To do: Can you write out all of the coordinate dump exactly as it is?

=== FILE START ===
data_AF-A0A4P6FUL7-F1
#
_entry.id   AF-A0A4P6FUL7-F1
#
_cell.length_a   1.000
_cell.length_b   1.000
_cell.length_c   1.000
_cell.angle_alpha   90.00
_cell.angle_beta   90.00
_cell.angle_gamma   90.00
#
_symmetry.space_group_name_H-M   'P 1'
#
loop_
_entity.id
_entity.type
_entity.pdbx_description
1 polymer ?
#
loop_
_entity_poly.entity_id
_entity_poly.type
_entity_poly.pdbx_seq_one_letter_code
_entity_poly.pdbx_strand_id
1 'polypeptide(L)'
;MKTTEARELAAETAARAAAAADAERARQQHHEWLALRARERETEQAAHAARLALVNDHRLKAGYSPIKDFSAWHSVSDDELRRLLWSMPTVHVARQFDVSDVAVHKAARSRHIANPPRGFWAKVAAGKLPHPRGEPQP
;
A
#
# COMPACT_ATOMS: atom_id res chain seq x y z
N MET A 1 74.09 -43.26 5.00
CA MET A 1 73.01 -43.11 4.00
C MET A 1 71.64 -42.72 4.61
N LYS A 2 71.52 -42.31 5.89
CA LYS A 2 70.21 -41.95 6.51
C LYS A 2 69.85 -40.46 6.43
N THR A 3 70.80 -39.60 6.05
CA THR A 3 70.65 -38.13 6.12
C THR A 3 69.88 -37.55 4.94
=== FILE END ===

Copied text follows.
data_AF-A0A4P6FUL7-F1
#
_entry.id   AF-A0A4P6FUL7-F1
#
_cell.length_a   1.000
_cell.length_b   1.000
_cell.length_c   1.000
_cell.angle_alpha   90.00
_cell.angle_beta   90.00
_cell.angle_gamma   90.00
#
_symmetry.space_group_name_H-M   'P 1'
#
loop_
_entity.id
_entity.type
_entity.pdbx_description
1 polymer ?
#
loop_
_entity_poly.entity_id
_entity_poly.type
_entity_poly.pdbx_seq_one_letter_code
_entity_poly.pdbx_strand_id
1 'polypeptide(L)'
;MKTTEARELAAETAARAAAAADAERARQQHHEWLALRARERETEQAAHAARLALVNDHRLKAGYSPIKDFSAWHSVSDDELRRLLWSMPTVHVARQFDVSDVAVHKAARSRHIANPPRGFWAKVAAGKLPHPRGEPQP
;
A
#
# COMPACT_ATOMS: atom_id res chain seq x y z
N MET A 1 74.09 -43.26 5.00
CA MET A 1 73.01 -43.11 4.00
C MET A 1 71.64 -42.72 4.61
N LYS A 2 71.52 -42.31 5.89
CA LYS A 2 70.21 -41.95 6.51
C LYS A 2 69.85 -40.46 6.43
N THR A 3 70.80 -39.60 6.05
CA THR A 3 70.65 -38.13 6.12
C THR A 3 69.88 -37.55 4.94